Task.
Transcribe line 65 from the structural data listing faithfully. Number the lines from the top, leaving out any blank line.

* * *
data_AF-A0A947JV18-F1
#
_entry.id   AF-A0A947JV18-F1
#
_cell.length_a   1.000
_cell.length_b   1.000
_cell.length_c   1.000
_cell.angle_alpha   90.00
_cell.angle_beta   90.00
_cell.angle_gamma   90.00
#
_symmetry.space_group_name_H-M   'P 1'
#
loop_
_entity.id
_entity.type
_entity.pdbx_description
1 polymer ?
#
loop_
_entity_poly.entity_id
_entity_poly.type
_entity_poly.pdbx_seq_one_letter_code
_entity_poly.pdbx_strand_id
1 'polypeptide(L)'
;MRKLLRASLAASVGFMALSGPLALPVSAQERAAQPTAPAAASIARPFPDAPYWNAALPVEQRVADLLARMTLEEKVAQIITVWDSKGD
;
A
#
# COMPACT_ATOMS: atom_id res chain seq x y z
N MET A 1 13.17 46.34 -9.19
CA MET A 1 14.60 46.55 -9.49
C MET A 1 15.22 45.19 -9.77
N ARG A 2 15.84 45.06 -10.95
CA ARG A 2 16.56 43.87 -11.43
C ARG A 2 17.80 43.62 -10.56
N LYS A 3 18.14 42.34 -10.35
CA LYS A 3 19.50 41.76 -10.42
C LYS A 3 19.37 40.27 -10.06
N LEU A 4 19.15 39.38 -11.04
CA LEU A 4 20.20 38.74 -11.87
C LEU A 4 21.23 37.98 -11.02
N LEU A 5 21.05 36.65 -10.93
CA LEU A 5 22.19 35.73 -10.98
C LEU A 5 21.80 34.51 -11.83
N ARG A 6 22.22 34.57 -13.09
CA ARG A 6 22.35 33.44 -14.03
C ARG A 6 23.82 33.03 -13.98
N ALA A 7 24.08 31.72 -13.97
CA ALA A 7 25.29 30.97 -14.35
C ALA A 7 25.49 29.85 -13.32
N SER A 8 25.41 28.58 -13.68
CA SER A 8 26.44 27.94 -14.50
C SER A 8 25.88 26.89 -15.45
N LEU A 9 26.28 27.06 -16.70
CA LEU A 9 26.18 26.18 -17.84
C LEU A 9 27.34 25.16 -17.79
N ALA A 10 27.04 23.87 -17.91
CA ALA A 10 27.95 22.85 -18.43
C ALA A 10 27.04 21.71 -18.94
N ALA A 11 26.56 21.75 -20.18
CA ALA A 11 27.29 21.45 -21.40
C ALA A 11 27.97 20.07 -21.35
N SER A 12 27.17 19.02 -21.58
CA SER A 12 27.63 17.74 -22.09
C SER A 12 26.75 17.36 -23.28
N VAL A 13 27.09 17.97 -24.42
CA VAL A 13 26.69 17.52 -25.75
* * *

CA SER A 12 27.63 17.74 -22.09